One simple step to keep E. coli from contaminating lettuce

URBANA, Ill. — Green veggies are a staple of healthy diets, but fresh produce can also contain harmful pathogens if not cleaned properly before eating them. Lettuce, for example, is a frequent victim of recalls due to food-borne illnesses across the United States. Now, researchers from the University of Illinois Urbana-Champaign say the best way to stop E. coli contamination on lettuce is by keeping the leafy green refrigerated.

Escherichia coli (E. coli) bacteria is found in the stomachs of both humans and animals, but certain strains can result in awful symptoms like severe cramping, vomiting, and diarrhea. The research team assessed factors affecting E. coli contamination across five different leafy greens (romaine lettuce, green-leaf lettuce, spinach, kale, and collards) to reach their conclusions.

“We are seeing a lot of outbreaks on lettuce, but not so much on kale and other brassica vegetables. We wanted to learn more about the susceptibility of different leafy greens,” says lead study author Mengyi Dong, now a postdoctoral research associate at Duke University, in a media release.

Dong conducted the research as a doctoral student in the Department of Food Science and Human Nutrition (FSHN), part of the College of Agricultural, Consumer and Environmental Sciences (ACES) at the U. of I.

Open bag of salad with lettuce on table
The best way to stop E. coli contamination on lettuce is by keeping the leafy green refrigerated. (© Noel –

During the study, researchers infected whole leaves from each of the vegetables with E. coli O157:H7. Then, they observed what happened following storage at 4°C (39°F), 20°C (68°F), and 37°C (98.6°F). Ultimately, this approach led to the discovery that susceptibility appears determined by a mixture of temperature and leaf surface properties including roughness and natural wax coating.

“At room temperature or higher, E. coli grows very fast on lettuce, but if lettuce is refrigerated at 4° C (39° F), we see a sharp decline in the E. coli population. However, for waxy greens like kale and collard, we get the opposite results. On these vegetables, E. coli grows slower under warmer temperatures, but if it is already present, it can survive longer under refrigeration,” Dong explains.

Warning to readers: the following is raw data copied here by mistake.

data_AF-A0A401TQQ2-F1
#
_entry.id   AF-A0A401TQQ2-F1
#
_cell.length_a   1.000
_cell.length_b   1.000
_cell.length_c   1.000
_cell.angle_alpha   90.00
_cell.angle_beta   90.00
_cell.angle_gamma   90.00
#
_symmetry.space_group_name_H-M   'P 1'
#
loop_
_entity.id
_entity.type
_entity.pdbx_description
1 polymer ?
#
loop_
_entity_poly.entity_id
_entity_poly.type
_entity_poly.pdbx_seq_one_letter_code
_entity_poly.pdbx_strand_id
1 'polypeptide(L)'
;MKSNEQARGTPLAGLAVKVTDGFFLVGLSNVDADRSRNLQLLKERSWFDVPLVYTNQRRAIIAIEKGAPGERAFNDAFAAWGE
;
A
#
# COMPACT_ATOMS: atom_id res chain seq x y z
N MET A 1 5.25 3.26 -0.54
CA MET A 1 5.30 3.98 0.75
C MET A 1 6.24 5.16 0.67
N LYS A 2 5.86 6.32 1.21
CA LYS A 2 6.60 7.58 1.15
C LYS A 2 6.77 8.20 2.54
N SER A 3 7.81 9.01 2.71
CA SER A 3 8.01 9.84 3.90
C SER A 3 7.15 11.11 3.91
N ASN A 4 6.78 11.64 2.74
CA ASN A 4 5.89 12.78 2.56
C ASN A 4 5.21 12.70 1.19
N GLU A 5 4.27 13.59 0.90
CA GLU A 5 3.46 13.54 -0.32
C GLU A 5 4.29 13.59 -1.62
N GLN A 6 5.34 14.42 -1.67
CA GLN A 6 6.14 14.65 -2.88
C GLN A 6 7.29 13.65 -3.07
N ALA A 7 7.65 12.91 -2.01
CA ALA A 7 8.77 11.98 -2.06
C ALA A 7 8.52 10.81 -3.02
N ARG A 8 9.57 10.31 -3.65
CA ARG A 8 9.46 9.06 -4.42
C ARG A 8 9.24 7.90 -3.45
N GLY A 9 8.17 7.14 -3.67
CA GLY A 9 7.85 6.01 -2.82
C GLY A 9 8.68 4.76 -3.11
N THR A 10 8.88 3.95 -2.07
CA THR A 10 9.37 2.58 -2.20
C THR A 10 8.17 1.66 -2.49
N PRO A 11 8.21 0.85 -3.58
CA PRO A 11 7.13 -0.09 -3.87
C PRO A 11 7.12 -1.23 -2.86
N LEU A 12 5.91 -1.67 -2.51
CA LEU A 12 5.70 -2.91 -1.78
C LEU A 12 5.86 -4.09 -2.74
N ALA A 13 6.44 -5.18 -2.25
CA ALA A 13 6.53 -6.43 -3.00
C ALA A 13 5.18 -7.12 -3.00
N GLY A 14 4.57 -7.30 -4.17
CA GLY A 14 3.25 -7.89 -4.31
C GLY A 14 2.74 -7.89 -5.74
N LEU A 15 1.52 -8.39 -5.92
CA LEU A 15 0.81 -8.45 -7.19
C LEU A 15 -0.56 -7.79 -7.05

Still, kale and collard are generally less susceptible to E. coli contamination than lettuce. Moreover, those veggies are usually cooked, which kills or deactivates E. coli, while lettuce is usually eaten raw. Washing off and rinsing lettuce certainly helps, but even that doesn’t always remove all the bacteria because of its tight attachment to the leaf.

Study authors also exposed cut leaves to E. coli O157:H7 in order to compare the intact surface of a whole leaf to the damaged surface of a cut leaf.

“Whole leaves and freshly cut leaves present different situations. When the leaf is cut, it releases vegetable juice, which contains nutrients that stimulate bacterial growth,” Dong continues.

However, researchers note that spinach, kale, and collard juice actually exhibit antimicrobial properties that are protective against E. coli.

Researchers note that spinach, kale, and collard juice actually exhibit antimicrobial properties that are protective against E. coli. (Photo by Elianna Friedman on Unsplash)

Next, in an effort to further explore these results, the research team isolated juice (lysate) from kale and collards and applied that liquid to lettuce leaves. This led to the determination it is viable as a natural antimicrobial agent. Potential applications include antimicrobial spray or coating to better control food-borne pathogen contaminations at both the pre-harvest and post-harvest stages.

“We can’t completely avoid pathogens in food. Vegetables are grown in soil, not in a sterile environment, and they will be exposed to bacteria,” concludes study co-author Pratik Banerjee, associate professor in FSHN and Illinois Extension specialist.

“It’s a complex problem to solve, but we can embrace best practices in the food industry and food supply chain. There’s a lot of interest from the research community and federal agencies to address these issues, and the USDA imposes high standards for food production, so overall the U.S. food supply is quite safe.”

In conclusion, study authors stress they don’t want to stop people from eating fresh fruits and vegetables. That being said, it’s key to follow the proper food safety guidelines, wash lettuce thoroughly, store it in the refrigerator, and pay close attention to any food safety recalls in the local area.

The study is published in the journal Food Microbiology.

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About the Author

John Anderer

Born blue in the face, John has been writing professionally for over a decade and covering the latest scientific research for StudyFinds since 2019. His work has been featured by Business Insider, Eat This Not That!, MSN, Ladders, and Yahoo!

Studies and abstracts can be confusing and awkwardly worded. He prides himself on making such content easy to read, understand, and apply to one’s everyday life.

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